TAMPA, Fla. — It wasn’t the typical post-game press conference Jon Cooper. The Lightning’s head coach took just one question.
After praising the NHL and his team’s grit in battling to a third-straight Stanley Cup Final, Cooper was short and emotional.
“This one’s going to sting much more than others, just because I think it was taken—it was poten(tially)—I don’t know. It’s hard for me—it’s going to be hard for me to speak,” he said.
Cooper implied that the Colorado Avalanche’s game-winning overtime goal should not have counted.
The goal came roughly 12 minutes through the overtime period. Avalanche center Nazem Kadri, playing in his first game since an injury during the Western Conference Final, snuck the puck past Lightning goalie Andrei Vasilevskiy. The win gives the Avalanche a commanding 3-1 game lead in the Stanley Cup Final and can win their first Stanley Cup since 2001 with a win at home on Friday night.
Cooper stopped short of explaining why he thought the goal wasn’t legal. However, he promised more details during a Thursday news conference.
Lightning Assistant Coach Derek Lalonde, however, was more direct in an interview with Bally Sports Sun’s Dave Randorf. He questioned an “interesting change” that happened before the Kadri goal and may have constituted a “Too Many Men on the Ice” penalty.
“It’s probably not my spot, but it’s going to get ugly,” Lalonde said, in part. “It’s a pretty bad look. Unfortunately, we’re at the bad end of it.”
A video shared by Bally Sports Sun shows Kadri leave the bench to get in position for the game-winning play before his replacement, Nathan MacKinnon, enters the bench area.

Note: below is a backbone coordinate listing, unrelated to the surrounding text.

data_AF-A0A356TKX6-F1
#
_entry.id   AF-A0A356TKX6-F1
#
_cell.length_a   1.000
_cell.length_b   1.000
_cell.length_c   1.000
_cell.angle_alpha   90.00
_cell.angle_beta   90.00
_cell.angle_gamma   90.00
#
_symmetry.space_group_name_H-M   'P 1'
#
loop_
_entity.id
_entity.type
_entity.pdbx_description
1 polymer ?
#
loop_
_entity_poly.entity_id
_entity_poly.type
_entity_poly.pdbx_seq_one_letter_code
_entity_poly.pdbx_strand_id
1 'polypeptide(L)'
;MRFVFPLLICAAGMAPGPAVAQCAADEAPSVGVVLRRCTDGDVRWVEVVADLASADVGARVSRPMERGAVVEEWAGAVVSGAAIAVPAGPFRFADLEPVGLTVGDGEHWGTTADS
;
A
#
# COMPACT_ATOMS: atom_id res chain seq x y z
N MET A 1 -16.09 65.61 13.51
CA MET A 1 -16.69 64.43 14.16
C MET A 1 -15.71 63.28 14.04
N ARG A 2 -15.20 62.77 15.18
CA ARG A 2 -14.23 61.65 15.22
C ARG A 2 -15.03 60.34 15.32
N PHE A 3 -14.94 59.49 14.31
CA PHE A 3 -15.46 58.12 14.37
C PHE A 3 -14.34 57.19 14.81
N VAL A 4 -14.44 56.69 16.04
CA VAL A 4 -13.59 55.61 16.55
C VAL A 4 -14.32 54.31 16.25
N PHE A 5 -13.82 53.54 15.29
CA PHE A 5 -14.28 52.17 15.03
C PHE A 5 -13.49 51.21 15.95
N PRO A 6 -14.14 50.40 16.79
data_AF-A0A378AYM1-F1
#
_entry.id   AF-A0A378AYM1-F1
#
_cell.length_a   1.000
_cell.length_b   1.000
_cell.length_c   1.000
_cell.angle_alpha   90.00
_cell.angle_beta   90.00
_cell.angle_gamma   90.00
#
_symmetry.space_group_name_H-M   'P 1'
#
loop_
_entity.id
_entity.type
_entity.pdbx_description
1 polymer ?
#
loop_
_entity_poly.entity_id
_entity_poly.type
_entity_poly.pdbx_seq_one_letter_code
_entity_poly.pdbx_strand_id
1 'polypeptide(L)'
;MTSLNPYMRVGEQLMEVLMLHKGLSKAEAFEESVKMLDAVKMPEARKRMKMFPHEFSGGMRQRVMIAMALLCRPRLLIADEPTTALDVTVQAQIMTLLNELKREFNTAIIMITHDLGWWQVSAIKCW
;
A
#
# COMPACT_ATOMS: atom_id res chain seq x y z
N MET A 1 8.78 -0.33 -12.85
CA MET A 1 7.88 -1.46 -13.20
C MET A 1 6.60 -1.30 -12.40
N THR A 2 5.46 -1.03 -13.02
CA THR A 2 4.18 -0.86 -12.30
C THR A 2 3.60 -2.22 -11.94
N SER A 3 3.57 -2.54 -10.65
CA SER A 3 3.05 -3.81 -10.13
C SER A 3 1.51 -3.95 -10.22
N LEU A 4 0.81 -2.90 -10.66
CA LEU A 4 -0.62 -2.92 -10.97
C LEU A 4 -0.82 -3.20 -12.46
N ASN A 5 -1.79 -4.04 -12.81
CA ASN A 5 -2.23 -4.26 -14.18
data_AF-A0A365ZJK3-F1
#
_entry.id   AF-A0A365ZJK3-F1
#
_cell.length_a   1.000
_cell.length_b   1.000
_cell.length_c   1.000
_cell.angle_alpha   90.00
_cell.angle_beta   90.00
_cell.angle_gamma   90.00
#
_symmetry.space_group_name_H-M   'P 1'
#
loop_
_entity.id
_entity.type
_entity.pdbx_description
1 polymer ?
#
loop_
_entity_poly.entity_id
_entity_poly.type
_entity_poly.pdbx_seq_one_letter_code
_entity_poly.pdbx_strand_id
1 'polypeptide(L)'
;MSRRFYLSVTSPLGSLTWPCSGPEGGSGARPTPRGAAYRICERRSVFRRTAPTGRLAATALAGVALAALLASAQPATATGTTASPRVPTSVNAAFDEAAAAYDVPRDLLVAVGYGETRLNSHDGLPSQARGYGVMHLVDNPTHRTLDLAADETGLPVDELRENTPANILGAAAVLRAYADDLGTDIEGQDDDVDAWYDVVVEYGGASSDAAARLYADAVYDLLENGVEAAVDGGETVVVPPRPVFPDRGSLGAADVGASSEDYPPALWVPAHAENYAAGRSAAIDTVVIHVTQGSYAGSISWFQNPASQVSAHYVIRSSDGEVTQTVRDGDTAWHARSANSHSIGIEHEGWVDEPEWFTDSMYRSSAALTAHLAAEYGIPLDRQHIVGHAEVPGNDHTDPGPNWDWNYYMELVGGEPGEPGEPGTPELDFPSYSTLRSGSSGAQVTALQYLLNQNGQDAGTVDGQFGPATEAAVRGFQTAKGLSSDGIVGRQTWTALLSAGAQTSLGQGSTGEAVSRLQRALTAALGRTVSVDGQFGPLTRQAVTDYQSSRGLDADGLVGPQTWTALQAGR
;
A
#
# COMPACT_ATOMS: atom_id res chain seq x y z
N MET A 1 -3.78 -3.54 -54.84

According to the “Too Many Men” rule, “at the discretion of the on-ice officials, should a substituting player come onto the ice before his teammate is within the five foot (5’) limit of the players’ bench (and therefore clearly causing his team to have too many players on the ice), then a bench minor penalty may be assessed.”
The video seems to show that MacKinnon was beyond five feet when Kadri came onto the ice.
“You’re going to see what I mean, when you see the winning goal,” Cooper said before abruptly ending his post-game news conference after the loss. “And my heart breaks for the players, because we probably still should be playing.”
Kadri, meanwhile, brushed off Cooper’s comments.
“I’m not quite sure what he really was, what he was thinking of why it shouldn’t have counted. That kind of confuses me a little bit,” said Kadri, according to ESPN. “The puck hit the back of the net, end of story, so not sure why he would say that.”
According to a statement released by NHL Hockey Operations, as reported by NHL.com, the call was not subject to video review by either on-ice officials or Hockey Ops.
“A too many men on the ice penalty is a judgment call that can be made by any of the four on-ice officials,” the statement said. “Following the game, Hockey Operations met with the four officials as is their normal protocol. In discussing the winning goal, each of the four officials advised that they did not see a too many men on the ice situation on the play.”